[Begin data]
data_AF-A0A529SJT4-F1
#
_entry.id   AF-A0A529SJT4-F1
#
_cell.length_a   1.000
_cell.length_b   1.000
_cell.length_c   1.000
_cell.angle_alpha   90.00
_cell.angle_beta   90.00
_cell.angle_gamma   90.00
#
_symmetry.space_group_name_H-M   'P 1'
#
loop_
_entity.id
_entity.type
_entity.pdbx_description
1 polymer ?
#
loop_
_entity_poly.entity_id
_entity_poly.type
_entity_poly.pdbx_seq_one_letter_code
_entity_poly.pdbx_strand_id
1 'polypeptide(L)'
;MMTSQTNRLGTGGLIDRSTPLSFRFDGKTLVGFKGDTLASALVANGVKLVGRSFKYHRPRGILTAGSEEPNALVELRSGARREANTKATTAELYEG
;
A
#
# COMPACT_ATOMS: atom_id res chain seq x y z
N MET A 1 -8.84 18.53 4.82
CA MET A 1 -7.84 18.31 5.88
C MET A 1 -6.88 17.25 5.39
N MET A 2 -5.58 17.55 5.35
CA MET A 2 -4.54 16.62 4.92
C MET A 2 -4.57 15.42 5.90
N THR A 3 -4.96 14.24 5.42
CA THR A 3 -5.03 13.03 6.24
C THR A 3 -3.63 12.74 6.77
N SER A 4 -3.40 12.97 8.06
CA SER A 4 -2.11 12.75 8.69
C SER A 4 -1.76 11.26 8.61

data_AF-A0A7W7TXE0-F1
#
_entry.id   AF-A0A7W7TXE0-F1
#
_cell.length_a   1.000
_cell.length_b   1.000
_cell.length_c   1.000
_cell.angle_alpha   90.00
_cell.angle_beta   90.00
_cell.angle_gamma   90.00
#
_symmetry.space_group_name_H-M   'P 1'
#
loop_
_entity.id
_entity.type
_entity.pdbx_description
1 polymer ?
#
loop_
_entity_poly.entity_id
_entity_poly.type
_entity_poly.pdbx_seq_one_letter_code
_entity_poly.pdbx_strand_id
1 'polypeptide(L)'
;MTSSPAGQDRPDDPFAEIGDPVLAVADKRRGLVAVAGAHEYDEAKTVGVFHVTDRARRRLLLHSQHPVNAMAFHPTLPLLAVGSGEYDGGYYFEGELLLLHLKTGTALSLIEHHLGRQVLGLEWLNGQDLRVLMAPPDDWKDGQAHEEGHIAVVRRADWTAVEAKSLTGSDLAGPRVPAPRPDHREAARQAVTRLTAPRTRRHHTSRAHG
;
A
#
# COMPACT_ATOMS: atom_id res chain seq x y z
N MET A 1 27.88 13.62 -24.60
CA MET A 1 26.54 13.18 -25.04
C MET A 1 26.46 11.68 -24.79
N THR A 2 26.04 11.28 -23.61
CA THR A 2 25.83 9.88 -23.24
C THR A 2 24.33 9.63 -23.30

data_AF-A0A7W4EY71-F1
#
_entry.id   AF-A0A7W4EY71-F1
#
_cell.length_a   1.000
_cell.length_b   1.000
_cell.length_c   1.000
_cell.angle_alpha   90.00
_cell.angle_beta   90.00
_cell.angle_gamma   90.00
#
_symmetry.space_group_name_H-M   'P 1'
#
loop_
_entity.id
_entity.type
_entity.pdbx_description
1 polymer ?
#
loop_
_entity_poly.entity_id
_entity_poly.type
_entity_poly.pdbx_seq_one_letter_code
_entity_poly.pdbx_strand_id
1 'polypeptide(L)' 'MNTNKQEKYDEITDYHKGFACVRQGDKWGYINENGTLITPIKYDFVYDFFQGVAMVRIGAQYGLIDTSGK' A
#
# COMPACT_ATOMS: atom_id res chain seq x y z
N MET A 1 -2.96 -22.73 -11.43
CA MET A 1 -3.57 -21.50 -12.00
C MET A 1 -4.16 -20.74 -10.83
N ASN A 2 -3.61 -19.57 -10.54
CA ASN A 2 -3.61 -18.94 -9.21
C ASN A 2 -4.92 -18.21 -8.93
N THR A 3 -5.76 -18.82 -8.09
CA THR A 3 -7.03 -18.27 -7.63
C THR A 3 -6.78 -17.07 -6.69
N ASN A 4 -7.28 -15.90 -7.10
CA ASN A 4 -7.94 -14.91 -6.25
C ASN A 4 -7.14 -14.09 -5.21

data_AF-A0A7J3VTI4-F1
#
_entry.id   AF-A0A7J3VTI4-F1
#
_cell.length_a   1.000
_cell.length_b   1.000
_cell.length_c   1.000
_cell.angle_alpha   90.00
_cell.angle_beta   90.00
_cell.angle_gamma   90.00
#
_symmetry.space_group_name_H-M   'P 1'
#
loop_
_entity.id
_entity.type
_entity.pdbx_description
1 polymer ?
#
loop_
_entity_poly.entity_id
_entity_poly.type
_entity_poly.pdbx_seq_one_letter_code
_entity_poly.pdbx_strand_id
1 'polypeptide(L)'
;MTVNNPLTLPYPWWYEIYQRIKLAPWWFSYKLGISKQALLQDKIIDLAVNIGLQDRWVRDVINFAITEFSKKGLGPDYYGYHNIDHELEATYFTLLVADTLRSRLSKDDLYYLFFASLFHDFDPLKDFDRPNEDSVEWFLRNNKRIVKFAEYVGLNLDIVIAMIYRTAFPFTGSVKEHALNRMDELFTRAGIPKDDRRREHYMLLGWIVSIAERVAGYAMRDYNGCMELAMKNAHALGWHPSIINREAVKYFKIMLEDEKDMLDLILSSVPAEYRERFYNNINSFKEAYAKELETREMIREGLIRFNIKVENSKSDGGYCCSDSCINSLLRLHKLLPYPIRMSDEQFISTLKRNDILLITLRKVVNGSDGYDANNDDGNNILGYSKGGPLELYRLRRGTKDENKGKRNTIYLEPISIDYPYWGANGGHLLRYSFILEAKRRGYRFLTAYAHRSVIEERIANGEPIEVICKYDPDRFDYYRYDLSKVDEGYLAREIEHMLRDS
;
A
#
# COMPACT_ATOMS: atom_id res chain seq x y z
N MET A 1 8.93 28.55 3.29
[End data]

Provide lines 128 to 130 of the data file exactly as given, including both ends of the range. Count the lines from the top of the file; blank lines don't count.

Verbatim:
#
_symmetry.space_group_name_H-M   'P 1'
#